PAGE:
Digging new stock

It is mid winter at Shibui Bonsai. July and August are the months I usually dig all the stock from the grow beds and assess them.

This year I have started on the trident maples.

In the past I have left trees in place for up to 5 years. They certainly grow large but the resulting roots are huge which makes them very difficult to dig up and does not make the best nebari. Now I prefer to dig every winter. Not only is digging much quicker and easier because I can cut through the smaller roots with the shovel, but the more regular root pruning promotes a much more ramified root system leading to much better nebari. Growth of the trees will be a little slower overall but the increased quality is worth the small growth rate sacrifice. the trees shown in this post have been in the grow beds for just one year.

Each tree is dug and the soil shaken off the roots.

trident as dug

trident as dug

I then shorten the roots and make any adjustments that might be needed. You’ll see that these trees already have a well defined spreading root system.

Roots pruned

Roots pruned

That gives me a planting angle and from that I can prune the top of the tree to give the best trunk lines and taper.

top pruned

top pruned

I then heel the trees in a communal group to await assessment. They can sit like this for several months, right up to bud burst if necessary, without any problems.

tridents 'heeled in'

tridents ‘heeled in’

Those that show immediate potential as small bonsai will go into pots and end up in the 2016 Shibui Bonsai catalogue. Others will be replanted in the grow bed to increase in size for another year.

There are many ways to develop really good nebari on trident maples. Before planting new seedlings in the beds I cut the roots really short, leaving only well placed lateral roots that will hopefully form the basis of a well placed radiating nebari

First root pruning. Just leave laterals

First root pruning. Just leave laterals

This tree was developed using root pruning alone.

As dug

As dug

After pruning

After pruning

Even better results come from growing the seedlings through a hole drilled in sheet metal.

Underneath you can see the metal plate.P1150247When the roots are pruned and the plate removed the roots are perfectly flat. That’s going to make fitting it into a shallow bonsai pot so easy.

flat base after removing the plate.

flat base after removing the plate.

This post shows more details of this technique Create show stopping nebari

Promoting lateral root growth and discouraging vertical growth not only form great nebari. As the tree relies more and more on the lateral roots the base of the trunk widens to form a thicker, buttressed base and adds taper to the tree.

Autumn pine work

The new shoots on Black pines have matured so it is time to thin out all the new shoots that have grown since decandling.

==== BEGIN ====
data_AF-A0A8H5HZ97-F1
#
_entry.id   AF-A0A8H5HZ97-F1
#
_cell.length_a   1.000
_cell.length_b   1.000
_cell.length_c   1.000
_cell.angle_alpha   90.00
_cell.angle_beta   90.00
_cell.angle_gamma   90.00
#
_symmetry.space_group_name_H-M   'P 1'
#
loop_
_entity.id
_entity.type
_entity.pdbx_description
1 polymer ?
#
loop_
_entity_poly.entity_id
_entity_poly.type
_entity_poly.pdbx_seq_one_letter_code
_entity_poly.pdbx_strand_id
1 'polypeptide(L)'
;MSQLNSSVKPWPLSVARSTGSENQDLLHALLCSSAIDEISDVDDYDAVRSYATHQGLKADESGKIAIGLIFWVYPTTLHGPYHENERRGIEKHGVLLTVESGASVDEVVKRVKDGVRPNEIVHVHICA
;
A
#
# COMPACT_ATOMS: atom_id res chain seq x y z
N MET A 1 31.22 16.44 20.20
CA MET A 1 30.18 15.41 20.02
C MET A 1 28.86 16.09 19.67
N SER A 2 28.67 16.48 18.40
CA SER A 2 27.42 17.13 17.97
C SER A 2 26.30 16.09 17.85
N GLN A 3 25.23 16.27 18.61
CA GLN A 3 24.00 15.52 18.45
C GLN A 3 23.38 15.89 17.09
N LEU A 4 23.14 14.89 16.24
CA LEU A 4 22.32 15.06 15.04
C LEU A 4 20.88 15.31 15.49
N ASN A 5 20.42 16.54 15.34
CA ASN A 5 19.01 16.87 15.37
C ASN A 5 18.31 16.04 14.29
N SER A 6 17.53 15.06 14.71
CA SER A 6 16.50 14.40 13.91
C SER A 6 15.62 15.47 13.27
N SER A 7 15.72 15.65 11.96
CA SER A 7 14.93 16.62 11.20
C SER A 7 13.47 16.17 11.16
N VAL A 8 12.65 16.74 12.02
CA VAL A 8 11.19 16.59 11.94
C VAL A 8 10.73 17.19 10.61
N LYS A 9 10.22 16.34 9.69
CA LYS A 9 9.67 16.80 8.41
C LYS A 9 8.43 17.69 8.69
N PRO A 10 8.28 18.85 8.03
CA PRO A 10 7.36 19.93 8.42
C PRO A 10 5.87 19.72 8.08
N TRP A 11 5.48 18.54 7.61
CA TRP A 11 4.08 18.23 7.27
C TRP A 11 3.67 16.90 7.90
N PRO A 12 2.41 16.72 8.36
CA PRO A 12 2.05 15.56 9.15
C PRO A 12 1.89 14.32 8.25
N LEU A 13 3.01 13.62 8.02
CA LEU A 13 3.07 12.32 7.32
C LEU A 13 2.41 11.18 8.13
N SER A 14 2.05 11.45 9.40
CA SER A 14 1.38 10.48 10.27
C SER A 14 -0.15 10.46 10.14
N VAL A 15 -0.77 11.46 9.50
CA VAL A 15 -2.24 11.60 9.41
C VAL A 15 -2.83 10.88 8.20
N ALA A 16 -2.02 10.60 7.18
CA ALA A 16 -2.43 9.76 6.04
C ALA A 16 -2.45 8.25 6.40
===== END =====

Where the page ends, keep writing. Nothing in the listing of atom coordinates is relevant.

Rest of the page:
It is important to know that this is part of the technique used to REFINE MATURE pines. Younger, developing pines should be allowed to grow freely to gain strength and size and cut back hard every couple of years. Decandling is used to ramify the branches on trees that are closer to being mature bonsai. Continue reading

More from Pavel Slovak masterclass

As is usual at a bonsai workshop I came away with a few new ideas and techniques.

Pavel is noted for working with and, in particular, bending larger collected conifers. During the workshop he mentioned that bends are easier if you twist the branch while bending. Twisting as you bend allows the fibres in the wood to bend further without breaking.

He also mentioned that he often wraps electrical tape over the wire and raffia when making extreme bends. This serves to keep the moisture in a branch if it cracks while bending which he feels aids in healing the cracks and breaks.

Something I had not experienced before was removing ALL old needles from a pine in order to wire and shape the material. I have always attempted to retain as many old needles as possible hoping that some will produce new buds to help ramify the branching. It is certainly much easier to wire the branches without the older needles.

If anyone else has something from the recent NBPCA bonsai week feel free to let me know and I can add it here.

new catalogues

Show season is nearly over so I have managed to find some time to assemble the photos of new stock in some semblance of order for you.

I’ve changed the format a bit this year to make it a bit simpler. Hope there’s enough detail for you to make informed choices. In any case, if you need to know more about any of the trees featured just ask. I can send current photos and other views if you need to have a look from another angle or I can provide measurements if you need those.

Anyway, click on the catalogue tab and see what’s new at Shibui Bonsai.

Those who have visited will know that there is always far more than just the trees featured in the cataloges. I usually have a range of natives that are being grown on as bonsai as well as smaller numbers of garden and roadside collected specimens. If you are after something in particular it can’t hurt to ask, I may just have it here.